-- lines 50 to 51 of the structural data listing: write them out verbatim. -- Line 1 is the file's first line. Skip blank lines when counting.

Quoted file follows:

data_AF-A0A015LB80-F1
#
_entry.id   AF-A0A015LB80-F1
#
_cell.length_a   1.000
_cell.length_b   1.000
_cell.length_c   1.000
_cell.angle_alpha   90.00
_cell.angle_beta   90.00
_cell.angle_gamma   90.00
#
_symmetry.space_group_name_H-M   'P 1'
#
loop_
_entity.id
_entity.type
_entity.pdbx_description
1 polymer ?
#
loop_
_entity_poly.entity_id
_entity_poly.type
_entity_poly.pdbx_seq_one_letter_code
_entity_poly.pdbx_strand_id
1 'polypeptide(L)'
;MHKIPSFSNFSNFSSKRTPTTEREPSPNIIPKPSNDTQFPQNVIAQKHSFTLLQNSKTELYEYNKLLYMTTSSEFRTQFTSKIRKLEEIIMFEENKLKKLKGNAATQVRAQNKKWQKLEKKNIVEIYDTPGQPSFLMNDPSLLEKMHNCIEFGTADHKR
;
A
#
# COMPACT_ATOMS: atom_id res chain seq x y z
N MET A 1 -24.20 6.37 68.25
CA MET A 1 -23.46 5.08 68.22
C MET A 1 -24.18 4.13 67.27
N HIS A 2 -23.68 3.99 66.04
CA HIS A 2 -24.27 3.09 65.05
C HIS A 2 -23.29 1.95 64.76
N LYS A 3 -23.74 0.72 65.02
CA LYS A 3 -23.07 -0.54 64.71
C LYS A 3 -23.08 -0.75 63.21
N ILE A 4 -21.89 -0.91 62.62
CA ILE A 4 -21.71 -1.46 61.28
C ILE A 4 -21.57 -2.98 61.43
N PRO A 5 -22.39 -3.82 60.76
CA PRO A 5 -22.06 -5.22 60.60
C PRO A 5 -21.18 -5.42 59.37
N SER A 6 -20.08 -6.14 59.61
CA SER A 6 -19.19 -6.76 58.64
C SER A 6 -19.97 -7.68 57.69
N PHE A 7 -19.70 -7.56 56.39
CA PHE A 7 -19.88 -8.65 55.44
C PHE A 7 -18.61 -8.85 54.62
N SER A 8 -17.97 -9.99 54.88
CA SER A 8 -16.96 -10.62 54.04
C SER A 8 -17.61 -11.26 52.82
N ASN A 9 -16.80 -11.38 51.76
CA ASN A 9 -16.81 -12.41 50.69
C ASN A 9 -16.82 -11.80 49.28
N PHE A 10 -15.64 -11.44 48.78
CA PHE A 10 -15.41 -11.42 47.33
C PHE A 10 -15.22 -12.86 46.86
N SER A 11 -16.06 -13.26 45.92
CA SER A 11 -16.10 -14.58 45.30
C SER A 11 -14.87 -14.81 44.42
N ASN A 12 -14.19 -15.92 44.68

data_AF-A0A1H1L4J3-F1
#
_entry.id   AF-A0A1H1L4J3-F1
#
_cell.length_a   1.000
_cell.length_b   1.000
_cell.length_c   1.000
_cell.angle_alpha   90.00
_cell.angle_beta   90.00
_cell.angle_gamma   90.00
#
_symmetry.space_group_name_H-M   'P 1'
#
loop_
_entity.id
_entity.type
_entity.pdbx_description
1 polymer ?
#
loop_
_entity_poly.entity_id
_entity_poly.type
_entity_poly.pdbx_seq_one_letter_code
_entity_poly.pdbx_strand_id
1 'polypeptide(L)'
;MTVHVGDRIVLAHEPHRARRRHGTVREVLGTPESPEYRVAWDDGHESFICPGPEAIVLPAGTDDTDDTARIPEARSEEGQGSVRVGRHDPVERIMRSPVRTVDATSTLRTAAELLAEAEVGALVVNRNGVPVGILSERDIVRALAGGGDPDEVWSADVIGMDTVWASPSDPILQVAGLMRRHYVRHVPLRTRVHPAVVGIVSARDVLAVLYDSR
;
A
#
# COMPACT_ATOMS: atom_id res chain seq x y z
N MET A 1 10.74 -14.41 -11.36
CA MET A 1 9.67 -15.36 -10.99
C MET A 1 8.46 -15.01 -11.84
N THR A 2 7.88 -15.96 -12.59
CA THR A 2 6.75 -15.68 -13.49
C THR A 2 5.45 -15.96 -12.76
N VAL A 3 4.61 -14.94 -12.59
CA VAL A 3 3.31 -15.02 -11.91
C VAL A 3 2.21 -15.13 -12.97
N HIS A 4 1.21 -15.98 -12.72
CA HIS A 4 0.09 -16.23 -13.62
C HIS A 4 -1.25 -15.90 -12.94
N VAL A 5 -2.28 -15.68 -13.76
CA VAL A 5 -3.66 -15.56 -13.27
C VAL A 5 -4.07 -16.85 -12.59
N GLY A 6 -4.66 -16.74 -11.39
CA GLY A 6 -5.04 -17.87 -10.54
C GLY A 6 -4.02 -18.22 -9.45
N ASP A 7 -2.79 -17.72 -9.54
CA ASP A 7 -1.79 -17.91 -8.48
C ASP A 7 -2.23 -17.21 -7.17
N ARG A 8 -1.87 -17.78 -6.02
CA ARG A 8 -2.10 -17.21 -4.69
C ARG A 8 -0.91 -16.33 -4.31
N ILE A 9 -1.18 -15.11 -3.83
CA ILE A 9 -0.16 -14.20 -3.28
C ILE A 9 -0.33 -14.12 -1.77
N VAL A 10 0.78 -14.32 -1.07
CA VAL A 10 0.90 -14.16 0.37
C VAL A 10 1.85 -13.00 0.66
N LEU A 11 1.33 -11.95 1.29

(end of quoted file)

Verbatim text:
CA PHE A 7 -19.88 -8.65 55.44
C PHE A 7 -18.61 -8.85 54.62